How to Protect Yourself When Investing in Annuities

How to Protect Yourself When Investing in Annuities
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    Annuities may be attractive to investors for a variety of reasons, but one of the main benefits is usually their perceived security.


Annuities may be attractive to investors for a variety of reasons, but one of the main benefits is usually their perceived security. In the wake of the 2008 financial crash, many investors have become skittish about the potential unpredictability of stocks and mutual funds, preferring to trade lower returns for the greater security of investments that come with guaranteed and predictable payouts. Annuities may be one such option, but they can have hidden risks and fees that unscrupulous brokers can exploit, particularly when dealing with elderly investors.

The Dangers of Surrender Fees

One way brokers can take advantage of less-savvy clients is by convincing them to purchase annuities that are inappropriate for their ages or situations. As people age, their need to be able to access their funds increases. For example, it would not be in the best interests of an 80-year-old investor to purchase an annuity that won’t mature for 20 years, as he or she may not live to see the return on the investment. If such an annuity is purchased and an urgent need for the funds arises, the annuity’s owner could pay an enormous surrender fee. Unscrupulous brokers have incentives to talk elderly investors into entering into these kinds of deals. The broker collects a commission at the time the purchase takes place, and then has the potential to collect again in the event the annuity’s purchaser has to pull the money out early.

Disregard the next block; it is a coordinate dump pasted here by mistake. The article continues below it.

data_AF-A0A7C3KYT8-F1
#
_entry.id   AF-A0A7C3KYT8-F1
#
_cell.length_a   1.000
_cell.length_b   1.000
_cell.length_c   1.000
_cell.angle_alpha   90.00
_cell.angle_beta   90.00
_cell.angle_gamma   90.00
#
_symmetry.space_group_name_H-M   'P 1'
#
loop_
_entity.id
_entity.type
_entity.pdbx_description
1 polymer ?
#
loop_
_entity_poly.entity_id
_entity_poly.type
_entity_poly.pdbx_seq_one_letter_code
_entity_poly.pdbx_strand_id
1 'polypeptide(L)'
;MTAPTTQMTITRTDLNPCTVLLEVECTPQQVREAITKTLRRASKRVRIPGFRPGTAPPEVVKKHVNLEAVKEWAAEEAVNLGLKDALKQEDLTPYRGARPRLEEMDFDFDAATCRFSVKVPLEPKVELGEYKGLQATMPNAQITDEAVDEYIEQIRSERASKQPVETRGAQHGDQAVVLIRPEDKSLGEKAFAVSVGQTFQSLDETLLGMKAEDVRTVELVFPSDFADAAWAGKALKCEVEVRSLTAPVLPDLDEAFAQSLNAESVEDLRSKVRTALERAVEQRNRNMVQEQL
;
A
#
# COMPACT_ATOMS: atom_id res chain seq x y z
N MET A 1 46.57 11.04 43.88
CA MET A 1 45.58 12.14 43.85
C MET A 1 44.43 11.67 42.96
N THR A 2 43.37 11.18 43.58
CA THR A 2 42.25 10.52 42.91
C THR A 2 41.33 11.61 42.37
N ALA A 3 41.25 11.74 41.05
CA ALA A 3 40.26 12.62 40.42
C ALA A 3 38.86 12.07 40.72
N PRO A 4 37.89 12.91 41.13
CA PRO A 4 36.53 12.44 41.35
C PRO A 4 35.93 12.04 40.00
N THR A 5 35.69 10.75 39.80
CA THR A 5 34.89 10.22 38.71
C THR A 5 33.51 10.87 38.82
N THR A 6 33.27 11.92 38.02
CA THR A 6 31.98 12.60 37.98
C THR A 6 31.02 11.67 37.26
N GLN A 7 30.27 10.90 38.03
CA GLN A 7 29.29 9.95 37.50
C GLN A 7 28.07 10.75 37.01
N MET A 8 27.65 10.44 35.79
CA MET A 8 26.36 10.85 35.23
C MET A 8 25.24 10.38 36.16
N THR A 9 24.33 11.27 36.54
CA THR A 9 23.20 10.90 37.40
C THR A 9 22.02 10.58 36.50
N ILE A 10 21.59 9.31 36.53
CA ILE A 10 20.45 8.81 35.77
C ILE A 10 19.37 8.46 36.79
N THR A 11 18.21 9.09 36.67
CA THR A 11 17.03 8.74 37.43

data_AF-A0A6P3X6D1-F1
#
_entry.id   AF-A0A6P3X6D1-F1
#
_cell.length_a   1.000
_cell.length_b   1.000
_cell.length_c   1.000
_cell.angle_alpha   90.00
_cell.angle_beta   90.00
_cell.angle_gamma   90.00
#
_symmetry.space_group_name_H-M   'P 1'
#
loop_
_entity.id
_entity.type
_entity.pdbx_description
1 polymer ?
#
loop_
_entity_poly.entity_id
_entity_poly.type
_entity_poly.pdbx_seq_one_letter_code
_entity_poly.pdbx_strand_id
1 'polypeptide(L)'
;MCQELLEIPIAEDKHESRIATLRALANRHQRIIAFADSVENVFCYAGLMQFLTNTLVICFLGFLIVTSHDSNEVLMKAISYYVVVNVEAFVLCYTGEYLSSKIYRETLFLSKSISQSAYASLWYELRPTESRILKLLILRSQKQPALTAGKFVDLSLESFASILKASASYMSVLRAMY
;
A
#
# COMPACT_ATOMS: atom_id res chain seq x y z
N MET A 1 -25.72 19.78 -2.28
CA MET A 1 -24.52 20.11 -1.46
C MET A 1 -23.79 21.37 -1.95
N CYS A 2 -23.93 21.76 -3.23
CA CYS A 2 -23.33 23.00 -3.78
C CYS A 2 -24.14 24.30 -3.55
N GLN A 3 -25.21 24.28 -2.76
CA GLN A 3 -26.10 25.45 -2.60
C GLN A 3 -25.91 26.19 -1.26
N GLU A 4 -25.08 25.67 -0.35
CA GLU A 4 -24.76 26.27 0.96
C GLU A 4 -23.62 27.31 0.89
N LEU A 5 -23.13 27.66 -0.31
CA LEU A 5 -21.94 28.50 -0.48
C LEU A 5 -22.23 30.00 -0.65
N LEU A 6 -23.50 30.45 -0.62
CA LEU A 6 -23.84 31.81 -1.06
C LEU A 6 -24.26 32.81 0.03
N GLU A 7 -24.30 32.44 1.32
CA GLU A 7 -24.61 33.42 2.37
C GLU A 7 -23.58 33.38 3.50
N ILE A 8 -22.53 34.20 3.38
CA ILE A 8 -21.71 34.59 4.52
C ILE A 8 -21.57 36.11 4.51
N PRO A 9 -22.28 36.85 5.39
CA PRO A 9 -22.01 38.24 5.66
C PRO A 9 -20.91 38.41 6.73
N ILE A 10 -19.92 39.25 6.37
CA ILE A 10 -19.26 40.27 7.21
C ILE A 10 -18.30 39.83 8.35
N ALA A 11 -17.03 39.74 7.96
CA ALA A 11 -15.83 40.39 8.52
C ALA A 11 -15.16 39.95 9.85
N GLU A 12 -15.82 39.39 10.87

Uninformed Investors: A Broker’s Cash Cow

A July 15, 2015 article in the Sandusky Register references a case reported in in which an elderly woman was repeatedly scammed by her broker. Time after time, he talked her into selling annuities she had previously purchased – each time paying a surrender fee – and buy new ones that would prevent her from accessing her funds until she was over 100 years old. The scam took place over more than five years, and when the victim surpassed the age of 90 – the maximum age for purchasing annuities in most cases – the broker secretly transferred her funds to other family members in order to continue engaging in his predatory tactics.

Get the Facts

There are often community resources aimed specifically at protecting seniors from compromising their financial security when targeted by crooked brokers and other predatory agents. No one should ever make an investment without knowing the details up front, but seniors should be particularly diligent. No matter how secure an investment sounds, be sure to check it out thoroughly with information from a trusted source before risking your financial security.


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